NetApp told how important Flash Storage has become and that classical disks will not die the next few years. They say, classical SAS disks 3.5″ 15k will disappear from market, but get replaced by 2.5″ 10k disks. Because they’re cheaper and faster. If I compare the IOPS, they’re not faster, but may be cheaper.
145IOPS @ 2.5″ 10k
177 IOPS @ 3.5″ 15k
If you’d like to calculate this by yourself like me, you can use this calculator from wmarrow: http://www.wmarow.com/strcalc/
IOPS per GB
Another interesting thing was, why bigger disks aren’t faster than smaller ones. Most people think, high density disks have less read/write head movements and smaller ways to read data from the platter. Yes, it is, but.
A 3.5″ seagate barracuda XT disk with 7200 rpm has an average IOPS of ~75. If you now calculate IOPS/GB, you get 0.036 IOPS per GB. If you compare to a disk that can store only 400GB, you have 0.18 IOPS per GB. Now compared to a faster 2.5″ 10k rpm disk with 400GB (~145 IOPS) , it’s 0.36 IOPS per GB. The smaller 3.5″ is 5x faster and the same size faster rotating, smaller disk 10x faster.
Cache Pool vs. Flash Cache
In a classical NetApp Storage, Flash Cache is used for Controller caching. They use Cache sizes like 12/24/40GB for FAS 2200/3200 Series and up to 3/6/16TB for FAS 6200 Series. Using this huge amount of read cache, the underlying disks are able to write down a lot more write IO’s directly. That’s why NetApp also doesn’t talk about write cache when they’re selling a FAS, they only tell you about read cache in the systems.
By the way, NetApp doesn’t support Storage Tiering. But that’s because they say, the Flash Pools that support the Array is like their top tier in tiering, but works even better than classical tiering.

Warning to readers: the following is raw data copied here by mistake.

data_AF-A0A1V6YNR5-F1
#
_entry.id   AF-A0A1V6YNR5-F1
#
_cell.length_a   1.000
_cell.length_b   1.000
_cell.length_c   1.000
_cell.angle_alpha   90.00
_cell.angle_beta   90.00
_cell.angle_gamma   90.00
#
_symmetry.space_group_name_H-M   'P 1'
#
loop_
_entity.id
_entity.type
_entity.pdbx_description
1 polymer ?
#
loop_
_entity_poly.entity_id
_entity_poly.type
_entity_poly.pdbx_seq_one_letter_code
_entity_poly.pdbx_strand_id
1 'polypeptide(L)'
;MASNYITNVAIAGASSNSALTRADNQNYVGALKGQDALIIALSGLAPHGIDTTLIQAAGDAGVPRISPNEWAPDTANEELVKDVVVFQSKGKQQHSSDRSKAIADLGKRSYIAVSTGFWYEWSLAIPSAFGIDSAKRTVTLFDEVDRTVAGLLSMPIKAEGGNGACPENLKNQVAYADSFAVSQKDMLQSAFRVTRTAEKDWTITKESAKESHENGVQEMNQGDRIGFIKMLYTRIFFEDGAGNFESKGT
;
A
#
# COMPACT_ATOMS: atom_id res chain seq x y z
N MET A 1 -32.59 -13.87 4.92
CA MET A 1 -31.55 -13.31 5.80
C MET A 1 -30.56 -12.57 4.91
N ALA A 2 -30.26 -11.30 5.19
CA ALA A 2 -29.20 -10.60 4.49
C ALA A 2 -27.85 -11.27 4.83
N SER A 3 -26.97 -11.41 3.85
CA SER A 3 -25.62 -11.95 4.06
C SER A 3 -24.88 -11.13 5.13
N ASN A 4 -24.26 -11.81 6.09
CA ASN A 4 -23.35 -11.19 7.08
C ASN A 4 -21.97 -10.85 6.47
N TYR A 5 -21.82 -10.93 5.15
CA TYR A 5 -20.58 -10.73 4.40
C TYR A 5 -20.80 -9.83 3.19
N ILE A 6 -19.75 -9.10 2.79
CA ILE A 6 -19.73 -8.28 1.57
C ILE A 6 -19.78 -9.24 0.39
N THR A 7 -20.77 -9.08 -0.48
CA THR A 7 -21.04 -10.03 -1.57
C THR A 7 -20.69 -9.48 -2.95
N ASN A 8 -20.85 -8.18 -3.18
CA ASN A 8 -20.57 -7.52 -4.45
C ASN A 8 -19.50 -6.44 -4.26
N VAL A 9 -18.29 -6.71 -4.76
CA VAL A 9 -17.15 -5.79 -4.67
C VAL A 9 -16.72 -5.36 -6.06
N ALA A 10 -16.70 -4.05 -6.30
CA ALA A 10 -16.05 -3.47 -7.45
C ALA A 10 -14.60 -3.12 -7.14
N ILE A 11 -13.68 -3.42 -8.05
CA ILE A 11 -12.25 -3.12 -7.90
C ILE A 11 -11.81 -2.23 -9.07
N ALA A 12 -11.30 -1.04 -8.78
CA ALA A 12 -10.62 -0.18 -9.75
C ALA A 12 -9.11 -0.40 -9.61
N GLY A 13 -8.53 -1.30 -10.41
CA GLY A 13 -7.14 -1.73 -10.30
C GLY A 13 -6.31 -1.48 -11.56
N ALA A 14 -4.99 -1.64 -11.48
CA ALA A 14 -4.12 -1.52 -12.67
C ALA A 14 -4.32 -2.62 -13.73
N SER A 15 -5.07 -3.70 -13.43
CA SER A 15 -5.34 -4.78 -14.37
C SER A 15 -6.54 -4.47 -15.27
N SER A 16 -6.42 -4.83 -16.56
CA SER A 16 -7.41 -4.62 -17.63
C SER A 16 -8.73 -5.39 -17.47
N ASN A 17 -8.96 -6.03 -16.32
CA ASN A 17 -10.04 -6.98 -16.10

Flash Pools are disk pools composed of SSDs to support and/or extend the existing Flash Cache. The difference is that you’re allowed to control for which storage pool the cache can be used. This is an advantage as soon as you calculate reqired IOPS for a server LUN by yourself. Here’s an example; Target is 40’000 IOPS and 2TB of disk space is needed.
Example calculation of IOPS with SAS Disks and Flash Cache
However, you’ve also the possibility to create standard disk pools using SSD disk drives. Pay attention and don’t confuse with “Flash Pools” (see above). SSD disk pools can be used to directly assign LUNs to servers with high load, or systems where you cannot accept high cache rewarming time e.g. after a host / os failure. SSD Pools give you low capacity but high read/write performance.
Didn’t heard about that before? Me too. It’s a technology to use SSDs installed at ESX hosts for read caching the FAS arrays. Using a vCenter Plugin, the FAS controls the local SSD disks and puts requested data on it for caching. NetApp sais, that could be even faster than stored on the array itself. And you’ve got more additional, cheap and lots of read cache.
– Flash Accel is the light green part in the picture.
Don’t know for what time this link stays available, I’ve listened to this recorded Webcast [german] using this link:
The Presentation was also available to download as PDF here (written in german):